gold investment, silver investment

Precious metals investment terms A to Z

Call Options

A derivative that provides you with leverage during rallies, while limiting your risk. Gold call options, for example, can magnify gains on the long position in gold. The catch is that you have to be right on time.

Read more
Calling the bottom

The phrase „calling the bottom“ is another way of saying that a bottom is in (according to the one calling it) and that higher prices will be seen going forward. For instance, calling the bottom in gold, means saying that the bottom in gold is in.

Read more
Calling the top

The phrase „calling the top“ is another way of saying that a top is in (according to the one calling it) and that lower prices will be seen going forward. For instance, calling the top in gold means saying that the top in gold is in.

Read more
Carry Trade

For traders, carry trade can yield profits even if the prices do not move for a period of time, but rather stay the same.

Read more
CBOT (Chicago Board of Trade)

Chicago Board of Trade, established in 1848, is a commodity exchange and a designated contract market that offers traditional commodity and other financial instruments to traders, subject to the exchange rules and regulations.

Read more
Central Bank Gold Agreement

The Central Bank Gold Agreement (CBGA), called also the Washington Agreement on Gold, is an accord regulating official gold sales. The original version of the agreement was signed on September 26, 1999 in Washington, D.C. Under the agreement, the European Central Bank, the Swiss National Bank and 13 other European national central banks committed to limit sales to 2,000 tons over five years (400 tons per year).

Read more
Centralized Markets

Centralized market is a specific type of a financial market. All markets are places where buyers and sellers meet to exchange goods, products and services. For instance, London Metal Exchange is a centralized market for gold.

Read more
Ceteris Paribus

Ceteris paribus is a Latin phrase meaning “other things being equal or held constant”, which is used to simplify the reasoning. It is commonly used in economics, since economic examples typically involve the interaction of many variables, such as supply and demand. For instance, an increase in value of the U.S. dollar will tend to decrease the price of gold. However, it is necessary to assume “all other things being constant,” since if real interest rates suddenly plunge to negative levels (or risk aversion significantly rises), the generalization about the dollar might not hold and the price of gold may actually rise (although the rise would be higher, absent the U.S. dollar appreciation).

Read more

A Contract for Difference (CFD) is a contract between two parties who speculate on the future price of some asset. These two parties are called “buyer” and “seller” – the buyer will pay to the seller the difference between the current price of the asset and its value at the time he entered the contract (if this difference is negative, the seller will pay the buyer). For instance if someone is bullish on gold, they can buy a gold CFD and if they are bearish then can sell a gold CFD.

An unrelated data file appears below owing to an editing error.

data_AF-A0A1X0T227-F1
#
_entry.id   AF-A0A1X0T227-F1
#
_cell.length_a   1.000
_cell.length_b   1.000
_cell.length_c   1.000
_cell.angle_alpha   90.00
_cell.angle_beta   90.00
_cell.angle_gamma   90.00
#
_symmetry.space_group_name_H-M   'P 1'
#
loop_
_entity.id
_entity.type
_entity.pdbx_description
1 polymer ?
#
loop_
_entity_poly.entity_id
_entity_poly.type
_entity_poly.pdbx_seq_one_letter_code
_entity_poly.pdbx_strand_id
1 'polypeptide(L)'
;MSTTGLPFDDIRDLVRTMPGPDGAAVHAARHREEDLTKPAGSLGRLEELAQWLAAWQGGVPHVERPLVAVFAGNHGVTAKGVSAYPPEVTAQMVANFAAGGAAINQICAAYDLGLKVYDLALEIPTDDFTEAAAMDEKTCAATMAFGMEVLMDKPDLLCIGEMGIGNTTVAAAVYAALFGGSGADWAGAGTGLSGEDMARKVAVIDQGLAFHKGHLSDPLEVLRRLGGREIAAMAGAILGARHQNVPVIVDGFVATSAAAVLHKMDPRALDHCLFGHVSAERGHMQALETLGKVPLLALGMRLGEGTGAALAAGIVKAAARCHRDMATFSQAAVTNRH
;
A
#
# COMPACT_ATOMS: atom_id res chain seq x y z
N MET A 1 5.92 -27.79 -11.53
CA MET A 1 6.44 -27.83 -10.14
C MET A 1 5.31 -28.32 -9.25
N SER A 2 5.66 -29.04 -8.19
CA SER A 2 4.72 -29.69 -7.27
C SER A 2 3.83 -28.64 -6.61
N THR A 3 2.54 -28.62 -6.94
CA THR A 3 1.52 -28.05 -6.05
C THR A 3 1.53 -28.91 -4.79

Read more
CFTC (Commodity Futures Trading Commission)

The U.S. Commodity Futures Trading Commission (CFTC), based in Washington, D.C., is an independent U.S. federal agency created in 1974 that regulates futures markets (like Comex), as well as option and swap markets.

Read more
China and Gold

A new global power. The world’s most populous country. One of the world’s fastest-growing economy, with the largest GDP measured by purchasing power parity. The world’s largest exporter and second-largest importer of goods. China. What are its links with the gold market?

Read more

In the worlds of finance and banking the activity of clearing encompasses all activities from the time an initial commitment to complete a transaction is made until that transaction is finally settled

Read more
Clearing Price

Clearing prices exist in all types of markets and for all types or product or service. The clearing price for gold (we're using gold as an example here, but the term can be used for assets in the broadest terms, including goods, services and investment products) is the price at which gold can be sold and the market can be said to be "cleared".

Read more
CME Group Inc.

CME Group Inc. is an American holding company and the parent of CME, CBOT and Nymex. It is the world’s leading and most diverse derivatives marketplace with exchanges that offer the widest range of global benchmark products across all major asset classes, including derivatives based on interest rates, equity indexes, foreign exchange, energy, agricultural commodities, metals and weather, as well as clearing services for exchange traded and over-the-counter products. In the following part of the definition you'll learn more about gold and CME.

Read more

Collateral is an asset pledged by a borrower to secure a loan. The lender can seize the collateral in the event of a default of the borrower. An example of collateral is a house bought with a mortgage. The use of collateral lowers the risk associated with the loan. This is why loans secured by collateral typically have lower interest rates than unsecured loans.

Read more
1 2 3



tops prediction corrections in gold

menu subelement hover background